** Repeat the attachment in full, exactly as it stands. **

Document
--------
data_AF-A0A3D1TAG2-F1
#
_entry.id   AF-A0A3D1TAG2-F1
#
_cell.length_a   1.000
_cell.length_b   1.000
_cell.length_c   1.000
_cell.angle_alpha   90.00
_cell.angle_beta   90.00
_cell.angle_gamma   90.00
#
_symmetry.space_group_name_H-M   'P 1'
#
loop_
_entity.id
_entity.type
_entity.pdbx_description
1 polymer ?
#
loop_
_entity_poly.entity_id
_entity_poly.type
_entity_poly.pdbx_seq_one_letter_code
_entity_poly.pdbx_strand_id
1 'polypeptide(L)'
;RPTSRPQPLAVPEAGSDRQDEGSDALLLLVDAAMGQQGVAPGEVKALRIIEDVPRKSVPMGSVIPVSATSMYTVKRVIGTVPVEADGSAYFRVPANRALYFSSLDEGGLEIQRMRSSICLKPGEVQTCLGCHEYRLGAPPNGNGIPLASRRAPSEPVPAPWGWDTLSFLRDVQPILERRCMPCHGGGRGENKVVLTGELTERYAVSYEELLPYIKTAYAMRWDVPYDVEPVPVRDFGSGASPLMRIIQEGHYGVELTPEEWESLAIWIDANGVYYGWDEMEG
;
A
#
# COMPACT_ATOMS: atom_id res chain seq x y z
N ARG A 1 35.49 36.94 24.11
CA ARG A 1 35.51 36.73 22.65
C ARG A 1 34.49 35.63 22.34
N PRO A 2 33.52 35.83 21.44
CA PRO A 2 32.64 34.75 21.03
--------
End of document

data_AF-A0A3D1TAG2-F1
#
_entry.id   AF-A0A3D1TAG2-F1
#
_cell.length_a   1.000
_cell.length_b   1.000
_cell.length_c   1.000
_cell.angle_alpha   90.00
_cell.angle_beta   90.00
_cell.angle_gamma   90.00
#
_symmetry.space_group_name_H-M   'P 1'
#
loop_
_entity.id
_entity.type
_entity.pdbx_description
1 polymer ?
#
loop_
_entity_poly.entity_id
_entity_poly.type
_entity_poly.pdbx_seq_one_letter_code
_entity_poly.pdbx_strand_id
1 'polypeptide(L)'
;RPTSRPQPLAVPEAGSDRQDEGSDALLLLVDAAMGQQGVAPGEVKALRIIEDVPRKSVPMGSVIPVSATSMYTVKRVIGTVPVEADGSAYFRVPANRALYFSSLDEGGLEIQRMRSSICLKPGEVQTCLGCHEYRLGAPPNGNGIPLASRRAPSEPVPAPWGWDTLSFLRDVQPILERRCMPCHGGGRGENKVVLTGELTERYAVSYEELLPYIKTAYAMRWDVPYDVEPVPVRDFGSGASPLMRIIQEGHYGVELTPEEWESLAIWIDANGVYYGWDEMEG
;
A
#
# COMPACT_ATOMS: atom_id res chain seq x y z
N ARG A 1 35.49 36.94 24.11
CA ARG A 1 35.51 36.73 22.65
C ARG A 1 34.49 35.63 22.34
N PRO A 2 33.52 35.83 21.44
CA PRO A 2 32.64 34.75 21.03